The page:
Friday, May 2, 2014


THE AMAZING SPIDER-MAN 2 is less of a sequel to its 2012 predecessor as much as it is a continuation; a continuation of the many loose web-threads which were never resolved but made for a promise for another film. In addition to wrapping up old business started two years ago, director Marc Webb and his friends also make an attempt to bring about new business for their web-slinging hero to juggle. Having many balls in the air is part of the charm, and part of the downfall of THE AMAZING SPIDER-MAN 2.
Peter Parker/Spider-Man (Andrew Garfield) continues to protect the city from crime and danger while trying to keep his relationship together with his girlfriend Gwen Stacy (Emma Stone), and his identity as a superhero away from his Aunt May (Sally Field). Meanwhile, Max (Jamie Foxx) accidently gets turned into an electricity-throwing villain, and then falls into the employ of Harry Osborn (Dane DeHaan), a young CEO of Oscorp; a company with dark secrets…including a tie to Peter’s long-missing parents.

THE AMAZING SPIDER-MAN 2 starts off strong, as Peter struggles with his search for his parents while struggling with his on-again, off-again relationship with Gwen. The stage is set for a decent character piece, but from there things get complicated. What seems like a thousand plots start to roll in from all directions; the mystery behind Peter’s parents, his cat-and-mouse games with Aunt May, origin stories for three different villains, Oscorp’s sinister secrets, and Aunt May’s struggle through life without her slain husband, Peter’s Uncle Ben (reprised briefly by Martin Sheen). There is so much plot going in the film that there is an overall lack of focus, and when a film tries to be about too many things, it ultimately becomes a film about nothing. Characters get completely lost in all the goings-on which takes away the heartbeat, and it doesn’t take long to realize that there isn’t much fun to be had.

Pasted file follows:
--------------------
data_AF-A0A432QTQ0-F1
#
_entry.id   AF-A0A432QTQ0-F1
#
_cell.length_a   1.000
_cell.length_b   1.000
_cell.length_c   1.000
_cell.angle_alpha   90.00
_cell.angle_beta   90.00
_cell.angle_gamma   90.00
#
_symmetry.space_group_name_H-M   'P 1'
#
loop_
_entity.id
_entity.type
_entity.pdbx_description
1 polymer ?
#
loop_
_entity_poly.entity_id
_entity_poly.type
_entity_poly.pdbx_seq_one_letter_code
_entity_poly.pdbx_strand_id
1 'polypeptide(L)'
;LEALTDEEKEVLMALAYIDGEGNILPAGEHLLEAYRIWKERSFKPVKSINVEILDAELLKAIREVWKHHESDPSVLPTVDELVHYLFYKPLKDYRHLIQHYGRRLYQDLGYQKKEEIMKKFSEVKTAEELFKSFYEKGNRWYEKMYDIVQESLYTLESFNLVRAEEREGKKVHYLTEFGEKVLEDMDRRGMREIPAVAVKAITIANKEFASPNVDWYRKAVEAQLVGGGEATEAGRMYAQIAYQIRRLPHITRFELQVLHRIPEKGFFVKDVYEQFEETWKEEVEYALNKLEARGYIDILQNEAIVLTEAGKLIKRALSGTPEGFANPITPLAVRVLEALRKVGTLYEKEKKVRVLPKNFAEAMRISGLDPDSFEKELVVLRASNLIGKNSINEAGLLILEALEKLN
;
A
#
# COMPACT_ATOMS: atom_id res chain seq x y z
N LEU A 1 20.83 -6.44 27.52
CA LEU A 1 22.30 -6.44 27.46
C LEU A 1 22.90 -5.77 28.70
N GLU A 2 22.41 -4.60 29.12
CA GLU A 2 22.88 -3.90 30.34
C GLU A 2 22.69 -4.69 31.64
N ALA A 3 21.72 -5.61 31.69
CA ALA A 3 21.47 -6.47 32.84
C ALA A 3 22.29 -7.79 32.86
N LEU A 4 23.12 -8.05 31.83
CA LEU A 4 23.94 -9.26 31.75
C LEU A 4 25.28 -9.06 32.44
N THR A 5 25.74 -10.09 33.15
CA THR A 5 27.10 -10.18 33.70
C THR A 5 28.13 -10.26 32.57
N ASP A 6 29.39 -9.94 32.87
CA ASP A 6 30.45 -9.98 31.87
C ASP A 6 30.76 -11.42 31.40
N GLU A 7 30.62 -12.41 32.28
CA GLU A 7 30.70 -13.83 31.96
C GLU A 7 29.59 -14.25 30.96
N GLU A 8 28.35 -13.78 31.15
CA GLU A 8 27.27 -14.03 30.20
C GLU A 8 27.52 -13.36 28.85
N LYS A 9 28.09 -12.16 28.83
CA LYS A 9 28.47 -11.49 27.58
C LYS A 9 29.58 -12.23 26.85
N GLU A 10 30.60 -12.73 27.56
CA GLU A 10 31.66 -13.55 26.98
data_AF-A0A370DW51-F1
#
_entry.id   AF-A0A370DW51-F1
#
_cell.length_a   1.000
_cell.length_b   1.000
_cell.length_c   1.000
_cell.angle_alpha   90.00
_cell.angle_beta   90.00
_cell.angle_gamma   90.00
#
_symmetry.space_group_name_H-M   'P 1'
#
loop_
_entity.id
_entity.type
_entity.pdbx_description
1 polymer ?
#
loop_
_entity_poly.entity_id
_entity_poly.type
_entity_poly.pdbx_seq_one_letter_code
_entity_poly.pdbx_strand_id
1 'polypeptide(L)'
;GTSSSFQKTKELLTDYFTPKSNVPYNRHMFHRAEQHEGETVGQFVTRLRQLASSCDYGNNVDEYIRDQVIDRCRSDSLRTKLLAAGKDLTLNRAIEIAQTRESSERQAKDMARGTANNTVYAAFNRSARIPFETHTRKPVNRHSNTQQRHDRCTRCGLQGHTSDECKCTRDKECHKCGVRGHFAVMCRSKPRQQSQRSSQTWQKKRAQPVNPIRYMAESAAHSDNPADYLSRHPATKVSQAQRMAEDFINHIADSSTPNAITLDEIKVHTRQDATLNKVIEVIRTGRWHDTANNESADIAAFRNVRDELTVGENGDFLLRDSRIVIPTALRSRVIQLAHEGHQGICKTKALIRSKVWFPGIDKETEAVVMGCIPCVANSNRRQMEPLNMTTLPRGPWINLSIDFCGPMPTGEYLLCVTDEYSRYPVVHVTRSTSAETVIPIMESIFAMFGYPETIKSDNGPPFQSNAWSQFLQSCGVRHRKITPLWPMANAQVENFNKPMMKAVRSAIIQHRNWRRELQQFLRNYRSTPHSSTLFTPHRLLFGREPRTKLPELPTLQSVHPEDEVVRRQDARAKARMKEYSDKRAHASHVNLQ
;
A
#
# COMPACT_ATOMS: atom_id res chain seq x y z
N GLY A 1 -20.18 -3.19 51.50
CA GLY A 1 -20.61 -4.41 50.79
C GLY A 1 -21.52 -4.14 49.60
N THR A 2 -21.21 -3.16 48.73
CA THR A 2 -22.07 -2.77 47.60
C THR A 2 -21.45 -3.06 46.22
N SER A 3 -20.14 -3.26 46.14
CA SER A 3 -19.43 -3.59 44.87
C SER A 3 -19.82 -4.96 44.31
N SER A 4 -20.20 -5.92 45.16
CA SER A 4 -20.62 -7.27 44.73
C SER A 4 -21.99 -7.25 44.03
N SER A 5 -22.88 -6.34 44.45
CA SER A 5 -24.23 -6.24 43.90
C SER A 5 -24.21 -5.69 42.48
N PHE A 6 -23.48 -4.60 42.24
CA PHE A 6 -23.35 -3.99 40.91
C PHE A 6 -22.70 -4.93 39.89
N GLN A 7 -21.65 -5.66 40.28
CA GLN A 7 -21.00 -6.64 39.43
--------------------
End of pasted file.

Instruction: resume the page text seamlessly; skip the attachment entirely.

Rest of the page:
Director Marc Webb often shows has that he has a great talent for telling a love story by letting characters react to each other; the intimate scenes between Peter, Gwen, and Aunt May are brilliant and pleasant to sit through. But the good work Webb does gets overshadowed by his shortcomings as an action director. While there are a few fun and crowd-pleasing set-pieces, Webb seems to rely way too much on the visual effects to do the work for him, and for the most part there isn’t much creativity behind all the cartoonish super-powered fights, and this makes for a very hollow film. On top of that, Webb commits deadly sins all around in basic storytelling technique. Characters talk way too goddamn much in weak attempts to let the audience know what is going on, friendships form out of the blue, the villains turn from good guys to bad guys in the wink of an eye, and worse of all…the many characters are powerless against the many plotlines; there is nothing they can do to change any outcome. As a result, there is very little to cheer for.

Andrew Garfield is terrific and lights up the screen every time he is in the suit or shares time with Emma Stone. Sally Field is her usual brilliant self, but she seems more Sally than she does May. Jamie Foxx is nothing more than a huge slice of cheese, while Dane DeHaan fares a little better…or at least until he takes his evil turn and turns into a Saturday morning cartoon. Paul Giamatti and Chris Cooper show up for worthless cameos and are too one-note to make any sort of impression.
The film doesn’t show any sort of power until towards the end, but at that point it’s much too late to care as the film feels much longer than its two hour, twenty-minute running time. The most aggravating sin that THE AMAZING SPIDER-MAN 2 commits is that it seems to exist for the sole purpose of setting up another film. While that technique has worked for many franchises in the past, this film does so at the expense of the work at hand. There is no purpose to the AMAZING SPIDER-MAN 2 other than to sucker people back for a third outing with a promise to answer even more mysteries. This is as far from true cinema as you can get.


No comments:

Post a Comment

A few rules:
1. Personal attacks not tolerated.
2. Haters welcome, if you can justify it.
3. Swearing is goddamn OK.